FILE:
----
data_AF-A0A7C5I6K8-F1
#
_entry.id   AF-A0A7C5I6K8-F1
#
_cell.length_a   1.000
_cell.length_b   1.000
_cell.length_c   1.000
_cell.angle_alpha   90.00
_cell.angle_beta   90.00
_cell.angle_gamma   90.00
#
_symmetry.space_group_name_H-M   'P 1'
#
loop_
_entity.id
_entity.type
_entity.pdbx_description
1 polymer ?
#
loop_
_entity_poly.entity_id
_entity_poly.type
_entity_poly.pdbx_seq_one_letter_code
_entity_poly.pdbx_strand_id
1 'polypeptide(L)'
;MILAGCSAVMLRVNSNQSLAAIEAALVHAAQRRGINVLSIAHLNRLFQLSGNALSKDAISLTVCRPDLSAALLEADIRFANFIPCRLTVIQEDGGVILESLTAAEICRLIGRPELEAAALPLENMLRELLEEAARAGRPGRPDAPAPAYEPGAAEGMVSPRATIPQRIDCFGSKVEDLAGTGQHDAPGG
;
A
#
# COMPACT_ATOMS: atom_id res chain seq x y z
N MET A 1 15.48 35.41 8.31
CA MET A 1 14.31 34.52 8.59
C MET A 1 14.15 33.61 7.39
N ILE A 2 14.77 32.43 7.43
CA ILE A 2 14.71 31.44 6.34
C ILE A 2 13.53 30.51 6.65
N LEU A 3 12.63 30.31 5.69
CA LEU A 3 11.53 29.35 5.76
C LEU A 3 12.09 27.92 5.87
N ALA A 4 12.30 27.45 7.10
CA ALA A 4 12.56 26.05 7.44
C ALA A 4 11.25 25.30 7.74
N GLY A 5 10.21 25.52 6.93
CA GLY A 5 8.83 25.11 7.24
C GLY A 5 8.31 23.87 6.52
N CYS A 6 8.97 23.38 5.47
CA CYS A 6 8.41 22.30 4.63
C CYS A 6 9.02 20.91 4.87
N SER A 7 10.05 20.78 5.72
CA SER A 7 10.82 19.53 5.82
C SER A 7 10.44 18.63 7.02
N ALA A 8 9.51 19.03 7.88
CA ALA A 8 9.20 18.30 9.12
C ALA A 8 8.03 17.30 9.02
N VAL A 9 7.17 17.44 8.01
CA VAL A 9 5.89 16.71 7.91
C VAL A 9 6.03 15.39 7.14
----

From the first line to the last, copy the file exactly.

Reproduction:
data_AF-A0A7C5I6K8-F1
#
_entry.id   AF-A0A7C5I6K8-F1
#
_cell.length_a   1.000
_cell.length_b   1.000
_cell.length_c   1.000
_cell.angle_alpha   90.00
_cell.angle_beta   90.00
_cell.angle_gamma   90.00
#
_symmetry.space_group_name_H-M   'P 1'
#
loop_
_entity.id
_entity.type
_entity.pdbx_description
1 polymer ?
#
loop_
_entity_poly.entity_id
_entity_poly.type
_entity_poly.pdbx_seq_one_letter_code
_entity_poly.pdbx_strand_id
1 'polypeptide(L)'
;MILAGCSAVMLRVNSNQSLAAIEAALVHAAQRRGINVLSIAHLNRLFQLSGNALSKDAISLTVCRPDLSAALLEADIRFANFIPCRLTVIQEDGGVILESLTAAEICRLIGRPELEAAALPLENMLRELLEEAARAGRPGRPDAPAPAYEPGAAEGMVSPRATIPQRIDCFGSKVEDLAGTGQHDAPGG
;
A
#
# COMPACT_ATOMS: atom_id res chain seq x y z
N MET A 1 15.48 35.41 8.31
CA MET A 1 14.31 34.52 8.59
C MET A 1 14.15 33.61 7.39
N ILE A 2 14.77 32.43 7.43
CA ILE A 2 14.71 31.44 6.34
C ILE A 2 13.53 30.51 6.65
N LEU A 3 12.63 30.31 5.69
CA LEU A 3 11.53 29.35 5.76
C LEU A 3 12.09 27.92 5.87
N ALA A 4 12.30 27.45 7.10
CA ALA A 4 12.56 26.05 7.44
C ALA A 4 11.25 25.30 7.74
N GLY A 5 10.21 25.52 6.93
CA GLY A 5 8.83 25.11 7.24
C GLY A 5 8.31 23.87 6.52
N CYS A 6 8.97 23.38 5.47
CA CYS A 6 8.41 22.30 4.63
C CYS A 6 9.02 20.91 4.87
N SER A 7 10.05 20.78 5.72
CA SER A 7 10.82 19.53 5.82
C SER A 7 10.44 18.63 7.02
N ALA A 8 9.51 19.03 7.88
CA ALA A 8 9.20 18.30 9.12
C ALA A 8 8.03 17.30 9.02
N VAL A 9 7.17 17.44 8.01
CA VAL A 9 5.89 16.71 7.91
C VAL A 9 6.03 15.39 7.14